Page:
The US. Supreme Court has ruled 8-1 that leaders of North Carolina’s Republican legislature can step in to advocate for a voter ID law in court that they believe the state’s Democratic attorney general isn’t fighting hard enough to defend.
Liberal Justice Sonia Sotomayor was the only one to dissent in the case, which has been closely watched given November’s crucial midterm elections are just months away.
“At the heart of this lawsuit lies a challenge to the constitutionality of a North Carolina election law. But the merits of that dispute are not before us, only an antecedent question of civil procedure: Are two leaders of North Carolina’s state legislature entitled to participate in the case under the terms of Federal Rule of Civil Procedure,” Gorsuch wrote in the opinion.
“Within wide constitutional bounds, States are free to structure themselves as they wish. Often, they choose to
conduct their affairs through a variety of branches, agencies and elected and appointed officials. These constituent pieces sometimes work together to achieve shared goals; other times they reach very different judgments about important policy questions and act accordingly. This diffusion of governmental powers within and across institutions may be an everyday feature of American life. But it can also pose its difficulties when a State’s laws or policies are challenged in federal court,” he added.
The Supreme Court rules 8-1 that GOP lawmakers in North Carolina can intervene in litigation to defend a state voter-ID law. The NAACP is challenging the law, and the NC attorney general (a Democrat) is defending it. GOP legislators want to intervene anyway. SCOTUS says they can.
— SCOTUSblog (@SCOTUSblog) June 23, 2022
The case involved whether Republican lawmakers in North Carolina can intervene to defend the state’s voter ID law from lawsuits.
Republican lawmakers say the state’s Democratic Attorney General John Stein is not properly defending the law from legal challenges brought by the NAACP and other groups who claim it violates the Constitution and the Voting Rights Act.
Back in September, a North Carolina three-judge panel blocked the state’s photo voter ID law, ruling that it “was motivated at least in part by an unconstitutional intent to target African American voters.”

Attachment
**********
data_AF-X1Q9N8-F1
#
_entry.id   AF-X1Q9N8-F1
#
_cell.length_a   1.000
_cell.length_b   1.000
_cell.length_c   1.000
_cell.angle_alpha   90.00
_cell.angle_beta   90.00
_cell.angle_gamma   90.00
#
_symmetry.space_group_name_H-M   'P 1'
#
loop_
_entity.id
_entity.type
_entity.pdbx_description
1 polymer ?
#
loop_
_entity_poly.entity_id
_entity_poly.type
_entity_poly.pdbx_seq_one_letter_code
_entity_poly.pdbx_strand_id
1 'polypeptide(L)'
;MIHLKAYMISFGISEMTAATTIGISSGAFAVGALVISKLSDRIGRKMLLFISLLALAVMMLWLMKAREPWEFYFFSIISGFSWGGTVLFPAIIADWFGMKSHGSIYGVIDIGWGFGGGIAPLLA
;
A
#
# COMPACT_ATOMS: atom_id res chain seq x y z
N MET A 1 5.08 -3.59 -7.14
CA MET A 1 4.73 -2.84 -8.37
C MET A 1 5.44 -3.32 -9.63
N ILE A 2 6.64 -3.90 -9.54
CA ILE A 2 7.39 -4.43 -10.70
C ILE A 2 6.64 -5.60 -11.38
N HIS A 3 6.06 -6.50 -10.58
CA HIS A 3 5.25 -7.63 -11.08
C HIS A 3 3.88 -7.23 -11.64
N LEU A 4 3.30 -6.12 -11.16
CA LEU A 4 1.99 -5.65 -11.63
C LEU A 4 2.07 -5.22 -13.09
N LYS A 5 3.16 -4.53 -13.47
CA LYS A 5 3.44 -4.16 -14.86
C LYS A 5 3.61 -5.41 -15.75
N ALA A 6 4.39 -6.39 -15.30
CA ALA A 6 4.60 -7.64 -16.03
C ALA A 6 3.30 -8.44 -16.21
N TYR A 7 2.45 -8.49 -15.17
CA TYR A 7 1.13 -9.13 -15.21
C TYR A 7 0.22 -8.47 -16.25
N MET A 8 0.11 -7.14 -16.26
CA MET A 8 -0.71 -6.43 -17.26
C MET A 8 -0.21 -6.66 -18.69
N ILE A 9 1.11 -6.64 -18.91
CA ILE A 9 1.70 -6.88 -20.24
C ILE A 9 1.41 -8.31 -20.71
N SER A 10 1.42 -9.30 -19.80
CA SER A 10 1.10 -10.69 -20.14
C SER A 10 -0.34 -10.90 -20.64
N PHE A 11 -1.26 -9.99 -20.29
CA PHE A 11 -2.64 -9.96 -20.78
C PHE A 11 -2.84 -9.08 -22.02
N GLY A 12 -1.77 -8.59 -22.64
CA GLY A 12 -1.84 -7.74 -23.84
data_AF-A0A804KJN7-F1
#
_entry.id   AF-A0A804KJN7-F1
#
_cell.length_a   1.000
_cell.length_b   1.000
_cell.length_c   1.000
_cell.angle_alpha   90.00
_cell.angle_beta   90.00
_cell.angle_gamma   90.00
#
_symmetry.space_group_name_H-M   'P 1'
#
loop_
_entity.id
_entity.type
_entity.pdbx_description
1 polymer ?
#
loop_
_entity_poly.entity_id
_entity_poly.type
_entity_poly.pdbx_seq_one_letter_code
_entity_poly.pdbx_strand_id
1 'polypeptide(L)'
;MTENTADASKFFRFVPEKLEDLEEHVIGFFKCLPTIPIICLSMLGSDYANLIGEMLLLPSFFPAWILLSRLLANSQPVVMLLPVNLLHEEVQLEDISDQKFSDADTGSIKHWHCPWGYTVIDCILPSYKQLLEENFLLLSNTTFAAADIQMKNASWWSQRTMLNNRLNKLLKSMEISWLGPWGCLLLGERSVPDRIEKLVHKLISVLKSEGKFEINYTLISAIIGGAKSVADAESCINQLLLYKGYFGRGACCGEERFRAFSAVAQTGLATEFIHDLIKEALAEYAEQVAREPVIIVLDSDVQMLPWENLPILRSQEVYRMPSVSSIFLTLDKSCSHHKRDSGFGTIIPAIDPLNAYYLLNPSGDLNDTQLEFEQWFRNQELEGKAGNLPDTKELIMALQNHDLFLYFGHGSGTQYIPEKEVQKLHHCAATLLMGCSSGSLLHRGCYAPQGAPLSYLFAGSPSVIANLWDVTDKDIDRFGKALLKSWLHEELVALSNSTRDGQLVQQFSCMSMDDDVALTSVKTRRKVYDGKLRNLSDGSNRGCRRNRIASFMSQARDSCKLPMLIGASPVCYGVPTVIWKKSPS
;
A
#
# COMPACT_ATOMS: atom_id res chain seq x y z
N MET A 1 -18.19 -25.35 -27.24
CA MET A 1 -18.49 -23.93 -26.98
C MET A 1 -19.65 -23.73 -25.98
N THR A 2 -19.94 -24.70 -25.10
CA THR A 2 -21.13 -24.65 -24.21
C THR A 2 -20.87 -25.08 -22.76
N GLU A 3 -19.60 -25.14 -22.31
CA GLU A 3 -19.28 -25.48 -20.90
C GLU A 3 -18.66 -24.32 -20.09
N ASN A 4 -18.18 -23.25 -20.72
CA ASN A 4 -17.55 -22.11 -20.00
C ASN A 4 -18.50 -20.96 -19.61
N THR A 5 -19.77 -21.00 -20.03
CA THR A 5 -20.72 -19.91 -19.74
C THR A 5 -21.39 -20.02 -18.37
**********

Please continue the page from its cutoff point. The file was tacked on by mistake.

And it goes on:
The law, S.B. 824, requires voters to present a photo ID in order to vote.
In a 2-1 ruling, two Wake County Superior Court judges held that the law violates the state’s constitution “because it was adopted with a discriminatory purpose.”
“North Carolina’s Voter ID law was enacted with the unconstitutional intent to discriminate against African American voters,” the majority wrote.
The two judges cited a 2015 study by Sen. Van Duyn that found at least 5.9% of registered voters lacked identification and that 9.6% of black voters “lacked acceptable ID” compared to just 4.5% of registered white voters under a previous election bill.
The majority also said the law was discriminatory because “since a greater percentage of Black voters live in poverty, Black voters face greater hurdles to acquiring photo ID.”
S.B. 824 required voters in North Carolina to present photo ID, including driver’s licenses, military IDs, and other forms of identification.
Judge Nathaniel Poovey dissented, claiming “not one scintilla of evidence was introduced during this trial that any legislator acted with racially discriminatory intent.”
Poovey said plaintiffs relied on the “past history of other lawmakers and used an extremely broad brush to paint the 2018 General Assembly with the same toxic paint. The majority opinion, in this case, attempts to weave together the speculations and conjectures that Plaintiffs put forward as circumstantial evidence of discriminatory intent behind Session Law 2018-144.”
Poovey noted that plaintiffs “failed to meet their initial burden” to prove the legislature “acted with a racially discriminatory intent.”